Some investors like the appeal of small caps but remain a bit hesitant given that these companies are riskier than blue-chip stocks in the Dow Jones Industrial Average. Invesco has created the perfect product for investors like this, however, with a low volatility fund that is composed of a targeted list of about 120 small-cap stocks — such as household products maker WD-40 Co. (WDFC) — that are hand-picked for stability. Now, this doesn’t mean that XSLV can’t ever lose an investor’s money. That said, the methodology behind this ETF focuses on statistical measurements of the magnitude of price fluctuations over time. So there is a smaller chance that components will “wiggle” as much as other small caps, particularly in an uncertain market.
WisdomTree U.S. SmallCap Dividend Fund (DES)
A slightly different but related approach that may appeal to risk-averse small-cap investors is this WisdomTree ETF that places a priority on smaller stocks that are paying dividends. This is an interesting strategy, since companies have to have a decent baseline of profits to support any kind of dividend payment to shareholders, and a fairly reliable business model that won’t cause a sharp contraction prohibiting those payouts in the future. Right now, the DES fund currently yields about 3.68% thanks to holdings that include chemical company Chemours Co. (CC) and natural gas pipeline operator Antero Midstream Corp. (AM). DES comes with an expense ratio of 0.38%.
iShares MSCI EAFE Small-Cap ETF (SCZ)
One drawback to all the small-cap ETFs discussed so far is that they don’t look beyond America to find stocks that could help you profit. That’s where this iShares ETF can really be useful, with a focus on EAFE offerings — that is, stocks from Europe, Australasia and the Far East. That means a healthy dose of stocks from Japan, the U.K. and Australia to round out your portfolio with names you may never have known existed and which may not be easily accessible in your brokerage account without an ETF. With a long list of more than 2,300 holdings, this iShares offering is a great way to supplement your existing portfolio, then, without the risk of overlapping domestic holdings.
Vanguard FTSE All-World ex-US Small-Cap ETF (VSS)
Even broader is this Vanguard small-cap ETF that spans the entire world, excluding U.S.-based stocks. That way you also get exposure to markets like Canada or Brazil that are excluded from the aforementioned SCZ fund. That includes a huge range of small caps, from Toronto-based miner Kirkland Lake Gold (KL) to Swedish gambling and casino service provider Evolution Gaming Group (EVVTY). With nearly 4,000 stocks from around the globe, you get a little bit of everything in this small-cap fund — along with a 2.79% yield and fairly low expense ratio of 0.11%.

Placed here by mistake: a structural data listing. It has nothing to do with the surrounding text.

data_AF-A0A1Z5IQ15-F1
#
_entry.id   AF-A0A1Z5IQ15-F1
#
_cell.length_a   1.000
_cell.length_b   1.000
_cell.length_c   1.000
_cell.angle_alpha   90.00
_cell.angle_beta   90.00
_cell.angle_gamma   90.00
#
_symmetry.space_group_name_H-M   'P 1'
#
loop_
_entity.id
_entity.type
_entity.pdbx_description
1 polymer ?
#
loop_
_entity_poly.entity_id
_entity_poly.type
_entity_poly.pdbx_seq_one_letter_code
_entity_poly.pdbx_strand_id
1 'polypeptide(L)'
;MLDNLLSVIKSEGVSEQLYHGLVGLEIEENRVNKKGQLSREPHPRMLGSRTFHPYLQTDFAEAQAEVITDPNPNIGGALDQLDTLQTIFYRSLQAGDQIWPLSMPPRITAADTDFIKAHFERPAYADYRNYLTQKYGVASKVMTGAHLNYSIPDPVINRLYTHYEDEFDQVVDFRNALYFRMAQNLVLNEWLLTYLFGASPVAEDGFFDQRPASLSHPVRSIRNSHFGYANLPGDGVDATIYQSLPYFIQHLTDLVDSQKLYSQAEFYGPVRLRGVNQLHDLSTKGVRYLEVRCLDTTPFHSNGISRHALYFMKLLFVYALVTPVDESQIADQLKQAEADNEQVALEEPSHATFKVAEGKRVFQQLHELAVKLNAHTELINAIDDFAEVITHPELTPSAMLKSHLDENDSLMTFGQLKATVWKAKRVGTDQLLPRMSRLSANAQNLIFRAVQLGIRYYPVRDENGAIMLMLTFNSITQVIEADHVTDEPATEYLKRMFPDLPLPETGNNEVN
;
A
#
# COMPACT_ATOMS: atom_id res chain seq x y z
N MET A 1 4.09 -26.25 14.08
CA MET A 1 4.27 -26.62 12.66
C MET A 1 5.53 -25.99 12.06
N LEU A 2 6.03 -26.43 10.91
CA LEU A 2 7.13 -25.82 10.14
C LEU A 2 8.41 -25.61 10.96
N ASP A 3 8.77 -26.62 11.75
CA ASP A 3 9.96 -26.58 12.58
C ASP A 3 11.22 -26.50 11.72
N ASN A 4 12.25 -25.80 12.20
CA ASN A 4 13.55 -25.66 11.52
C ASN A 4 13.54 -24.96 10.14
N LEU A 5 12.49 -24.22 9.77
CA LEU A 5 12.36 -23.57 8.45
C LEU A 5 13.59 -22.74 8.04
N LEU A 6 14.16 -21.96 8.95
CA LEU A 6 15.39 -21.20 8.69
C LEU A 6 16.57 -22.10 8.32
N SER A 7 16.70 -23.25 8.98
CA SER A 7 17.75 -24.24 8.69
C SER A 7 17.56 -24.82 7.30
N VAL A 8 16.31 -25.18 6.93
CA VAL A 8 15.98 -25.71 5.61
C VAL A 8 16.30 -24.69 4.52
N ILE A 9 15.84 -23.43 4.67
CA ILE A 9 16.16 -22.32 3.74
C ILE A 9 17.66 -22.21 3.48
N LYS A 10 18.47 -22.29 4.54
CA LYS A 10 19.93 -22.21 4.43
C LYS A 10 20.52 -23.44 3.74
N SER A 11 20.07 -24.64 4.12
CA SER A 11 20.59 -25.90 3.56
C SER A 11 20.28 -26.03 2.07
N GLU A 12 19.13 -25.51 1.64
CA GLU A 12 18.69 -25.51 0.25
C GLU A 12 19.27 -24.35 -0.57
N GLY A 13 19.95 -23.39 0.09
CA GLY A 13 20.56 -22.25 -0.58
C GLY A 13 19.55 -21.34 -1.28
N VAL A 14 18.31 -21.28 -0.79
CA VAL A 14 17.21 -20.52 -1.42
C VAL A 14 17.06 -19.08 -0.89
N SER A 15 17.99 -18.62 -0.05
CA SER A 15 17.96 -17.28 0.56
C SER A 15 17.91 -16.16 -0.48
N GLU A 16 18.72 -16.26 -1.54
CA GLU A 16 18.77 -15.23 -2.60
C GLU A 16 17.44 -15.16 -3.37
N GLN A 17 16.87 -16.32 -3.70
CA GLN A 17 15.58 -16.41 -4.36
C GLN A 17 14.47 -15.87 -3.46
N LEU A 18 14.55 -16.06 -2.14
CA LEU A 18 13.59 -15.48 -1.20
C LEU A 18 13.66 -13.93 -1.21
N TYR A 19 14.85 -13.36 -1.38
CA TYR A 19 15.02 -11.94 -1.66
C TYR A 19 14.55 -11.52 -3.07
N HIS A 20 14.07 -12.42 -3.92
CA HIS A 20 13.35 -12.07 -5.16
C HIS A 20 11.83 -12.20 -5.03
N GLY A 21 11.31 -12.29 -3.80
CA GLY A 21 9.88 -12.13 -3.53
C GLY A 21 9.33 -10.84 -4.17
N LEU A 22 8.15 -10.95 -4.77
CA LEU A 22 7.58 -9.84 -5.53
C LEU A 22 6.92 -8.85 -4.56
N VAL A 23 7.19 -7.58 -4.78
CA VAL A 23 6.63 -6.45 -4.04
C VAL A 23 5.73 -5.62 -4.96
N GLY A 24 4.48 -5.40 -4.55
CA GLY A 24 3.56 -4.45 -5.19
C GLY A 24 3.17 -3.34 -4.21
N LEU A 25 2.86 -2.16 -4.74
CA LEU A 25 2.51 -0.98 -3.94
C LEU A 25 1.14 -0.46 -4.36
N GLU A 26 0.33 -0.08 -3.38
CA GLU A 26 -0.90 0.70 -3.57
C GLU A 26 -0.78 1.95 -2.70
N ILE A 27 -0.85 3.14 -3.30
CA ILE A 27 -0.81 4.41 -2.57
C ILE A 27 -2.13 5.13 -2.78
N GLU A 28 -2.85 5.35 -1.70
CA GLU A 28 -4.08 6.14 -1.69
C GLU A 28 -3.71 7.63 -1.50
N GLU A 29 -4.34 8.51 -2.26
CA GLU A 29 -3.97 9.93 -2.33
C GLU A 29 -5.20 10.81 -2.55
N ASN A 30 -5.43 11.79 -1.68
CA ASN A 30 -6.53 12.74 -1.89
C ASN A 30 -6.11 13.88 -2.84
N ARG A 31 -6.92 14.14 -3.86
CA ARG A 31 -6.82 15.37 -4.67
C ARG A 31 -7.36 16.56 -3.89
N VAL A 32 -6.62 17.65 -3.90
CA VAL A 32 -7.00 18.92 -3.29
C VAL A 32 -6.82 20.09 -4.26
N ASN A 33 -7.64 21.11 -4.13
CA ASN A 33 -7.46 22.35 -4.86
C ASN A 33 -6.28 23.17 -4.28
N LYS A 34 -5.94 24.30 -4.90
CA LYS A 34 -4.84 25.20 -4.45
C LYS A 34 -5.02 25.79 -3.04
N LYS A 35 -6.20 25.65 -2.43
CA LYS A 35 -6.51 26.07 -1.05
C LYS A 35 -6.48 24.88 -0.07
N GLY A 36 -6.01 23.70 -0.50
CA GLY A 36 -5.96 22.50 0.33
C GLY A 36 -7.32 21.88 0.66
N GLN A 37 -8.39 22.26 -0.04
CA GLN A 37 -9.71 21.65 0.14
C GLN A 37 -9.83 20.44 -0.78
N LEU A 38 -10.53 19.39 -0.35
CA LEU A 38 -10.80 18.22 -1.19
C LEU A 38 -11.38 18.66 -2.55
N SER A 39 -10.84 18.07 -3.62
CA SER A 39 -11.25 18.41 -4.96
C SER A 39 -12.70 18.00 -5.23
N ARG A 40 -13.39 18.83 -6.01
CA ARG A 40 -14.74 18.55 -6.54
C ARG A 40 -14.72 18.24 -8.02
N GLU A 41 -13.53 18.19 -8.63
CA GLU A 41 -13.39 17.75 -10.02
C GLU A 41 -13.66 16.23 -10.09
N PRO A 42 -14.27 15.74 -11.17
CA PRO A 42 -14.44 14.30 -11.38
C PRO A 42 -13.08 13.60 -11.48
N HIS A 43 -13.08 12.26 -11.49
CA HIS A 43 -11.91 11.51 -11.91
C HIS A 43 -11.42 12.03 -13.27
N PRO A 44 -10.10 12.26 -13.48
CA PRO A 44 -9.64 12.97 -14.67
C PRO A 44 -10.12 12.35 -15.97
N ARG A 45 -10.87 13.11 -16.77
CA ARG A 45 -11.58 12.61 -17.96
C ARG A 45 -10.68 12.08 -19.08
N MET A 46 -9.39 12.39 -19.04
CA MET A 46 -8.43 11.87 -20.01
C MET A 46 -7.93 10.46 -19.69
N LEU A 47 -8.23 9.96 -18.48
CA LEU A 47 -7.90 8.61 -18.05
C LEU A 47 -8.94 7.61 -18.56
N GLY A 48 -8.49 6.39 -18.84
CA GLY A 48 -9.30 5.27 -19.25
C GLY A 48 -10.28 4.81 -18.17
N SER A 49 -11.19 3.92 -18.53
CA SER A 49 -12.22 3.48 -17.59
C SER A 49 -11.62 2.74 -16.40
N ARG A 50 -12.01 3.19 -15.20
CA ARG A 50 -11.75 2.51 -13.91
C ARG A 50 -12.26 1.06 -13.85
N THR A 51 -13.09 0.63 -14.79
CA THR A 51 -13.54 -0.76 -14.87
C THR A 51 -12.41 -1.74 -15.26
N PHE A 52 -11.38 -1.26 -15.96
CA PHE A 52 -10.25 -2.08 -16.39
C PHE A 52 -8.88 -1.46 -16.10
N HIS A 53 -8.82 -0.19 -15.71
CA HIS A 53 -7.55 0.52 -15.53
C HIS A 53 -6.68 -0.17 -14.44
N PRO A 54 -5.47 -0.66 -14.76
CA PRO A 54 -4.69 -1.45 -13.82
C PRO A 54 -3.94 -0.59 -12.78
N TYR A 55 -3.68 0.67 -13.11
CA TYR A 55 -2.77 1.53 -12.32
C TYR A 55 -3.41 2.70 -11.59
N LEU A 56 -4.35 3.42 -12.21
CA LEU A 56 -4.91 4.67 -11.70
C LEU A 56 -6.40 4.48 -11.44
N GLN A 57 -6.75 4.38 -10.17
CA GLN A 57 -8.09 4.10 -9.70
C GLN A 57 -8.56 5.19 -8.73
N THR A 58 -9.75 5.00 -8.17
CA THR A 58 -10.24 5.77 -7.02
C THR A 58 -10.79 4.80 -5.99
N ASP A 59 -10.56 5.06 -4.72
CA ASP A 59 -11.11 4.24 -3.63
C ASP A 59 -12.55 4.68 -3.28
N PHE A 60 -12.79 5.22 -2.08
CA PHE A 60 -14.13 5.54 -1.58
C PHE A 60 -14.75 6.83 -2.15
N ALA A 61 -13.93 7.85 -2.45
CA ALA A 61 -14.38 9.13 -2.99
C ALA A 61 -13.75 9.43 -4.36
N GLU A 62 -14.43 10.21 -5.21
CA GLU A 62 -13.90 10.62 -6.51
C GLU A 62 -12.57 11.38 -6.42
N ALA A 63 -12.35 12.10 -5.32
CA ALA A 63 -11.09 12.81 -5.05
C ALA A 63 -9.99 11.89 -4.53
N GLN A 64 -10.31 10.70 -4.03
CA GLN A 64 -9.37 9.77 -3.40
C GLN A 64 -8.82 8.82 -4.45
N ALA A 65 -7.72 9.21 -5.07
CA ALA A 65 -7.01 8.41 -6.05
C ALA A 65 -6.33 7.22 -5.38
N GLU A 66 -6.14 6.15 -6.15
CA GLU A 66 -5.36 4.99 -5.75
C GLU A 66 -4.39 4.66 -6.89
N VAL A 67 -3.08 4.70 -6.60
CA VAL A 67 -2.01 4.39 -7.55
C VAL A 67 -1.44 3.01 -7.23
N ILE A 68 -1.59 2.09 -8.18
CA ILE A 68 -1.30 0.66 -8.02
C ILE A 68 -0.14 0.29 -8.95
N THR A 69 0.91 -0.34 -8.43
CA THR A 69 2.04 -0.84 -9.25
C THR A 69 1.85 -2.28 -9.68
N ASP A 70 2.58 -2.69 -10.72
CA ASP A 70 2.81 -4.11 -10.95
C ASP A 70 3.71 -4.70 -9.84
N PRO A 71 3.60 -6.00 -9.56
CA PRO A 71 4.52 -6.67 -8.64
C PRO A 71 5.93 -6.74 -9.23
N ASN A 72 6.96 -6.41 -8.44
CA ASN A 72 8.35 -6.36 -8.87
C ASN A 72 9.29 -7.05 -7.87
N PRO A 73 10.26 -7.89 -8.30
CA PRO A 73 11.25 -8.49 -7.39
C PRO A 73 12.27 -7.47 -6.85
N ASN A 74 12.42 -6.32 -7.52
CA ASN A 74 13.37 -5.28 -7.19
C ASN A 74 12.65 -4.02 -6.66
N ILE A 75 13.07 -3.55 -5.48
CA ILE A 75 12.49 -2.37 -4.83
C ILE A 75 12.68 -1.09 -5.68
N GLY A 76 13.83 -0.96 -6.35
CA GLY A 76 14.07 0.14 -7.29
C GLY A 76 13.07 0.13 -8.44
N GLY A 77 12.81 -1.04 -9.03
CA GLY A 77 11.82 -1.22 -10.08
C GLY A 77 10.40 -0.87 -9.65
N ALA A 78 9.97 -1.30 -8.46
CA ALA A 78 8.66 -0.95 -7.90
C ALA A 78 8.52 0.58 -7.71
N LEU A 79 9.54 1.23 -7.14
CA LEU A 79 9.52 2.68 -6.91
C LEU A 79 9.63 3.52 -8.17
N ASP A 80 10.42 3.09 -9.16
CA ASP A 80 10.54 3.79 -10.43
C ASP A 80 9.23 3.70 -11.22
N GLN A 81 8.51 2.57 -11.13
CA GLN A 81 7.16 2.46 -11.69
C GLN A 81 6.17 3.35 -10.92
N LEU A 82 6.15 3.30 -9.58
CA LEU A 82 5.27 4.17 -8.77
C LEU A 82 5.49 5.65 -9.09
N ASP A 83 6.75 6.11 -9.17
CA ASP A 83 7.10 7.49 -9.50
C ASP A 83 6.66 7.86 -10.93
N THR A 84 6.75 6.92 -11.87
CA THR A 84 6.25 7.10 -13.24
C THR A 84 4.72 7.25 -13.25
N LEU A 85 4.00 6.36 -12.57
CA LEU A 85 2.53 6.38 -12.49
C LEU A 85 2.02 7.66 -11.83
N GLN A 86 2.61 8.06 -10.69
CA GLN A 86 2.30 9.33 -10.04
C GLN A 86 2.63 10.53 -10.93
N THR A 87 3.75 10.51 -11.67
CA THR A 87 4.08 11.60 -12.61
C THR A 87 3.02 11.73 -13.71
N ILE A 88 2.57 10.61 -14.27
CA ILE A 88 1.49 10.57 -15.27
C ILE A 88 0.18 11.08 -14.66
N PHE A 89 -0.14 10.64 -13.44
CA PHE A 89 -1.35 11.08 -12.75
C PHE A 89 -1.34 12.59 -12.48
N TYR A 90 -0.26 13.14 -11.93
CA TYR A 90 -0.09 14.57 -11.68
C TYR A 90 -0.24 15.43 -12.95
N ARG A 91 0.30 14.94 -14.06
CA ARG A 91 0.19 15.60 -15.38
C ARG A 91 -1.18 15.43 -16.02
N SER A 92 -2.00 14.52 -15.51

WisdomTree Emerging Markets SmallCap Dividend Fund (DGS)
A mashup from several different strategies discussed in the prior exchange-traded products, this WisdomTree fund is a sophisticated investment vehicle that is limited to small-cap stocks in emerging markets that offer significant dividends. It’s quirky, but this WisdomTree product is a unique way to balance risks of smaller stocks in international markets by relying on a substantial dividend yield of 4.52%. That’s roughly twice the yield of the S&P 500 at present. If you’re looking for income but still want to go smaller, then consider DGS as a unique tool in your toolbox. The fund has a slightly higher expense ratio than others on this list, at 0.63%.
Nine small-cap ETFs to buy:
— iShares Core S&P Small Cap ETF (IJR)
— Vanguard Small-Cap Value ETF (VBR)
— Vanguard Small-Cap Growth ETF (VBK)
— Schwab Fundamental U.S. Small Company Index ETF (FNDA)
— Invesco S&P SmallCap Low Volatility ETF (XSLV)
— WisdomTree U.S. SmallCap Dividend Fund (DES)
— iShares MSCI EAFE Small-Cap ETF (SCZ)
— Vanguard FTSE All-World ex-US Small-Cap ETF (VSS)
— WisdomTree Emerging Markets SmallCap Dividend Fund (DGS)
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Update 09/09/20: This article was published on a previous date and has been updated with new information.